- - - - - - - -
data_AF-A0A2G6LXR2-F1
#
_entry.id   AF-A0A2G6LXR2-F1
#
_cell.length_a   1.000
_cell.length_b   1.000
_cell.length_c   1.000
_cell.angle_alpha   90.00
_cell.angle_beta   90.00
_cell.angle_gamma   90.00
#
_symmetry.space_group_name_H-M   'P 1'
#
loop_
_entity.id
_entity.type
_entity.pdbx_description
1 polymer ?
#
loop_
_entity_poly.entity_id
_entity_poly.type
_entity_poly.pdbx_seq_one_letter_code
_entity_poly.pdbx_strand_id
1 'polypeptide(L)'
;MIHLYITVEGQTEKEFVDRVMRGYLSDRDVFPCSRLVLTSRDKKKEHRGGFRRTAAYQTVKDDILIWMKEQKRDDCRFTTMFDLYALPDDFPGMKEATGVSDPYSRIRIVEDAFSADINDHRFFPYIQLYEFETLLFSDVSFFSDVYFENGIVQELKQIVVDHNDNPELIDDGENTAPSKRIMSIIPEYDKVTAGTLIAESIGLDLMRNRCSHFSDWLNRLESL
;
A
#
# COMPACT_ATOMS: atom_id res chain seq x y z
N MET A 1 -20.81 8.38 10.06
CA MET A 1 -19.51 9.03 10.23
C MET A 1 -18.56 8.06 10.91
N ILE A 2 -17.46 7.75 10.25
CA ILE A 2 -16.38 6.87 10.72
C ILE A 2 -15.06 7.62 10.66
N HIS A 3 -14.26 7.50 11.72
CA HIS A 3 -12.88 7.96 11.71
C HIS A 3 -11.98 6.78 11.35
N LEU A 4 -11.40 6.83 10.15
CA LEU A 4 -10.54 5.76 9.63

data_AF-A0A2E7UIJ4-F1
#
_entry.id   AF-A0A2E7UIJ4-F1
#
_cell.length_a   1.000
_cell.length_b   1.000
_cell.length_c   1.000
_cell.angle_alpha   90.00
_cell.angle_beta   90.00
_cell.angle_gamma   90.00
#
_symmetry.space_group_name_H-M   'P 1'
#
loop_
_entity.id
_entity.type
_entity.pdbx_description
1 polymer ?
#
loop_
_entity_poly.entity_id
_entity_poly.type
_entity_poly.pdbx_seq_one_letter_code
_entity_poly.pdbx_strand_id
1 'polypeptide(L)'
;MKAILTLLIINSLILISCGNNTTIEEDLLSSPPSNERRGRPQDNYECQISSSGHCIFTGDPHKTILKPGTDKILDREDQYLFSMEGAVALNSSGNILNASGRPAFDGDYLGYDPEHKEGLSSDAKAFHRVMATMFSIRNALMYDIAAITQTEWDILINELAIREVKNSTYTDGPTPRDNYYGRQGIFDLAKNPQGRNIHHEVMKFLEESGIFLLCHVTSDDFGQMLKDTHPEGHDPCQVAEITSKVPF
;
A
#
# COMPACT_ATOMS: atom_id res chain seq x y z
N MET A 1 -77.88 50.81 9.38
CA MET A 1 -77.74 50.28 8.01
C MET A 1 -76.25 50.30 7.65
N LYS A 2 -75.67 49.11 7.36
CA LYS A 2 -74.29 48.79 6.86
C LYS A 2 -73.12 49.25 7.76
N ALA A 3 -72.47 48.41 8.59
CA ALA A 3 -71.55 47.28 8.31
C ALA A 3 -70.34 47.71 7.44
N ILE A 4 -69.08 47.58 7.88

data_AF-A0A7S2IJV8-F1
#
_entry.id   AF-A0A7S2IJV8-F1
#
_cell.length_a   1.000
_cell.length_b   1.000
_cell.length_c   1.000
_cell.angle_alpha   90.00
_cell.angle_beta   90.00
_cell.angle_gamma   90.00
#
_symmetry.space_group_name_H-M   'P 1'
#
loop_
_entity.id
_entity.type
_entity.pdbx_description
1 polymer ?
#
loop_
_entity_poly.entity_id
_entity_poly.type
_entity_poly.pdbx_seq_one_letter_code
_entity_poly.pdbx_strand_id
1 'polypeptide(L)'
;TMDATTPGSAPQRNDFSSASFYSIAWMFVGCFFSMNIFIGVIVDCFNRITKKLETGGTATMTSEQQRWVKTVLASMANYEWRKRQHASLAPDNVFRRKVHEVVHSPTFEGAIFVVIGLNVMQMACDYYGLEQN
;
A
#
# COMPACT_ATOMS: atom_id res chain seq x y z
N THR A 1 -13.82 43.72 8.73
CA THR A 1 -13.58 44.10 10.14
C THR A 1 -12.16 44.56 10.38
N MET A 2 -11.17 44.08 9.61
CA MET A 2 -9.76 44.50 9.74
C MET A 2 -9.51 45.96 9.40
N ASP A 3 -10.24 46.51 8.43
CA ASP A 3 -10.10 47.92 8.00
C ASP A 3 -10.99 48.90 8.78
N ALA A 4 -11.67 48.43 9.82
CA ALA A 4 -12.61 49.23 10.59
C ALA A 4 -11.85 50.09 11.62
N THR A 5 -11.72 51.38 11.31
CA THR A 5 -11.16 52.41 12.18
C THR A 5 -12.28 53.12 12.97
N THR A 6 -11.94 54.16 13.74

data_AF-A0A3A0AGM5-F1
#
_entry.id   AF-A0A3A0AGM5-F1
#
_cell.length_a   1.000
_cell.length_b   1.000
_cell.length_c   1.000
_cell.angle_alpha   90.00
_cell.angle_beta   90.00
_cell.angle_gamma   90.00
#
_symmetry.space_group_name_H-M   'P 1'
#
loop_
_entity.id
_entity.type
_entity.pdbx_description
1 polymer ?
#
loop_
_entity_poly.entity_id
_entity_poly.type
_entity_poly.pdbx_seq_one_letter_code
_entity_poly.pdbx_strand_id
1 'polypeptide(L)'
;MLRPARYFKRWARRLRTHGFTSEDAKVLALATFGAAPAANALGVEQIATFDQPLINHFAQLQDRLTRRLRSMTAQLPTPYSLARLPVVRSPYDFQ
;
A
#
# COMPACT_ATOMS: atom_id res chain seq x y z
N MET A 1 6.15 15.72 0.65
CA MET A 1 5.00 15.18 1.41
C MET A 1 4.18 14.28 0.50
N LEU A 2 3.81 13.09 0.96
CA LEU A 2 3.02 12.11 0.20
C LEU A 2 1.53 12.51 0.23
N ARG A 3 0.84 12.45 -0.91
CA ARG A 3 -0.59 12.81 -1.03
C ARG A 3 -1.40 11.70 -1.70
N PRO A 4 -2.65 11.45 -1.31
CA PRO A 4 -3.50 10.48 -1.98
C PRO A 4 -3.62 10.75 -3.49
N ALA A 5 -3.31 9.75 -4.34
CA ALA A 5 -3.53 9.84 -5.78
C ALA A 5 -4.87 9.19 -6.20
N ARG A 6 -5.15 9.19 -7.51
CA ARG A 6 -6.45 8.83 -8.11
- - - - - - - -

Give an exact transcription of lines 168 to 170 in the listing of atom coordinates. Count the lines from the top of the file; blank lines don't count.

CA PRO A 4 -3.50 10.48 -1.98
C PRO A 4 -3.62 10.75 -3.49
N ALA A 5 -3.31 9.75 -4.34